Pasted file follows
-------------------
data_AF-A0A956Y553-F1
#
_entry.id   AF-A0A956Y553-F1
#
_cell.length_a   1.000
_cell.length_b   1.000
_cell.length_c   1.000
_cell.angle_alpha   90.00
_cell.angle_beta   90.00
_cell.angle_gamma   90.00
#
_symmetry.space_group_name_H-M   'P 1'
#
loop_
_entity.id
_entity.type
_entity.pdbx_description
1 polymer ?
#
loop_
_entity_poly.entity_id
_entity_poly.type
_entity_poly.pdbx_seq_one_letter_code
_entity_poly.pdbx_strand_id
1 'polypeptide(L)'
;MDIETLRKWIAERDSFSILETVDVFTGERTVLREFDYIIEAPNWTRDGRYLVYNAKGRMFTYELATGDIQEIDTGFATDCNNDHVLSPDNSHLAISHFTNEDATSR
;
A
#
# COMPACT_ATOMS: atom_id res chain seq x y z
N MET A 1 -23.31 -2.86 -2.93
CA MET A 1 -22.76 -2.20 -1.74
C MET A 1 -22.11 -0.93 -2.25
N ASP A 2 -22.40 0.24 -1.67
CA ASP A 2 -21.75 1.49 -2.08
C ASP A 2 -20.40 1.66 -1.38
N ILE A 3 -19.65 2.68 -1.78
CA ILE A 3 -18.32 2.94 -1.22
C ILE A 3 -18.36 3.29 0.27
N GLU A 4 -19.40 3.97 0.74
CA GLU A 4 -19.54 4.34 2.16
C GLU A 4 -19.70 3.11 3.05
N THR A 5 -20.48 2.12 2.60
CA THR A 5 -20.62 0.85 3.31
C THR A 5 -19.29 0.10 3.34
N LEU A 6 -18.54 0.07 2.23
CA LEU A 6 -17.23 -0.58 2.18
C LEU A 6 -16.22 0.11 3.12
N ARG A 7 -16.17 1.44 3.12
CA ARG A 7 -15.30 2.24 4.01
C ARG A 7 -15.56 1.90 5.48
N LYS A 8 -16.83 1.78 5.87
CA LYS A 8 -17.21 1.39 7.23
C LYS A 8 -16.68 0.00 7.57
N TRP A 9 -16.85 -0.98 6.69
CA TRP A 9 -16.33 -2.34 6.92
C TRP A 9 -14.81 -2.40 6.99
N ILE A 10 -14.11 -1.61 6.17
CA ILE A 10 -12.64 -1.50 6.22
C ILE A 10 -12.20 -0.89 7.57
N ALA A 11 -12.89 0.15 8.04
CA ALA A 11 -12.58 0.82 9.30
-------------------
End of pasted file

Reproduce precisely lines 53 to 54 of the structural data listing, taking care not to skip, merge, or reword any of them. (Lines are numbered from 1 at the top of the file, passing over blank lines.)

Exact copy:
CA LYS A 8 -17.21 1.39 7.23
C LYS A 8 -16.68 0.00 7.57